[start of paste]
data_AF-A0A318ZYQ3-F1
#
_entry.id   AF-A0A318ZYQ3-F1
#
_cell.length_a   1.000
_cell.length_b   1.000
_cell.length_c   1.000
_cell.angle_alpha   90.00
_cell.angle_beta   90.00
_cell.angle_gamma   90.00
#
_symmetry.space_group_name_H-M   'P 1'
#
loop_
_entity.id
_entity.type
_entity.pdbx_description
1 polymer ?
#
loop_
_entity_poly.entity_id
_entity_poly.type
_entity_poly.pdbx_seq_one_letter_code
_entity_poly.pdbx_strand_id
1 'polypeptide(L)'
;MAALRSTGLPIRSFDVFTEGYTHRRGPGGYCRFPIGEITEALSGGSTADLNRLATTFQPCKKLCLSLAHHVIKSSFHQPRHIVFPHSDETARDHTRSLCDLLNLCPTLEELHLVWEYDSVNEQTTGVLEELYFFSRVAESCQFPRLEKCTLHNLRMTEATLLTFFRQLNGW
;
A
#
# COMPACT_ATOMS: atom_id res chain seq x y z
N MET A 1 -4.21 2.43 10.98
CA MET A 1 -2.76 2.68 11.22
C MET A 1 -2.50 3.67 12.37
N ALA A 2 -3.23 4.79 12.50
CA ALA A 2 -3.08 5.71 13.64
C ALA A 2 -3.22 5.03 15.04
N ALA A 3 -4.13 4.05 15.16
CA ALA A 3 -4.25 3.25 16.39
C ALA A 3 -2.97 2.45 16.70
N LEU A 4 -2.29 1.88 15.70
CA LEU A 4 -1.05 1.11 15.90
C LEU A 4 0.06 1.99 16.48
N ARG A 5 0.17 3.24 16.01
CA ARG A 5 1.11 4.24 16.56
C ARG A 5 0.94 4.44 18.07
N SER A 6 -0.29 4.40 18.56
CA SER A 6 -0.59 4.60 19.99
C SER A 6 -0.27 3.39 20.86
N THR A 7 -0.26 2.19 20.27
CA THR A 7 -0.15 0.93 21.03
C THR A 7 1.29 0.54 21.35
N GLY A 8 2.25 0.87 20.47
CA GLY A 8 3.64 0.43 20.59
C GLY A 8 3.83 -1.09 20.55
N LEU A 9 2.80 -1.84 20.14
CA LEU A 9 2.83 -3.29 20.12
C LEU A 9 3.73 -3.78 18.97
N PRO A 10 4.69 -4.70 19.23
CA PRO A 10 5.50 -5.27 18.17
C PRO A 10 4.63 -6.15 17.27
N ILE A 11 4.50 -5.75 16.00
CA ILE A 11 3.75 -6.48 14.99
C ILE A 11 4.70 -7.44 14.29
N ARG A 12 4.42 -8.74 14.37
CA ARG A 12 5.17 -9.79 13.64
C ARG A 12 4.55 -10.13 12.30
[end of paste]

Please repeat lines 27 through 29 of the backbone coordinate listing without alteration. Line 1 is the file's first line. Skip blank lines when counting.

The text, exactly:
;
A
#